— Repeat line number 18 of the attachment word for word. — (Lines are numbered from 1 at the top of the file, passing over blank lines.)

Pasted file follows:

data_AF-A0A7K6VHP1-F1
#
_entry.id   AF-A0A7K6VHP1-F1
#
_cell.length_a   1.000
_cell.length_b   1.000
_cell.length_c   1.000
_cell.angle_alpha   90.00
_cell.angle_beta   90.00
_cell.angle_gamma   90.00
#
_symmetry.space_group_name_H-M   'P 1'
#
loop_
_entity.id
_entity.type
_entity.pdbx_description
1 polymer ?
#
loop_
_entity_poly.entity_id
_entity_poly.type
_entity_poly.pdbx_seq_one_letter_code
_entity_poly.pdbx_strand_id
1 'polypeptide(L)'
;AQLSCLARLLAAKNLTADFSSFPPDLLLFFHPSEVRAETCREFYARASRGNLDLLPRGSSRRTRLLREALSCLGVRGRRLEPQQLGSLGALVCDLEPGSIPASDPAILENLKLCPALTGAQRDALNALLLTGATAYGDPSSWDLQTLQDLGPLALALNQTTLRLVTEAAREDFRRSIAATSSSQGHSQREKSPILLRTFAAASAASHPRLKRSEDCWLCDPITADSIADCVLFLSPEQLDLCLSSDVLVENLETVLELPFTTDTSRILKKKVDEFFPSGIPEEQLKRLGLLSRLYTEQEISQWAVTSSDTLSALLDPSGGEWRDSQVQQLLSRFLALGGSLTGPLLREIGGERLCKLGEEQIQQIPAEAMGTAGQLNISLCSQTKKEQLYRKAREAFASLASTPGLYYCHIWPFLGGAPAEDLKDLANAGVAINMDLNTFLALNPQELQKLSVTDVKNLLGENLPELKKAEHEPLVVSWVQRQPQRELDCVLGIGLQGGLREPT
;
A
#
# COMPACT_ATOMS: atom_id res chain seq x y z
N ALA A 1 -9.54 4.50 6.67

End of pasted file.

1 polymer ?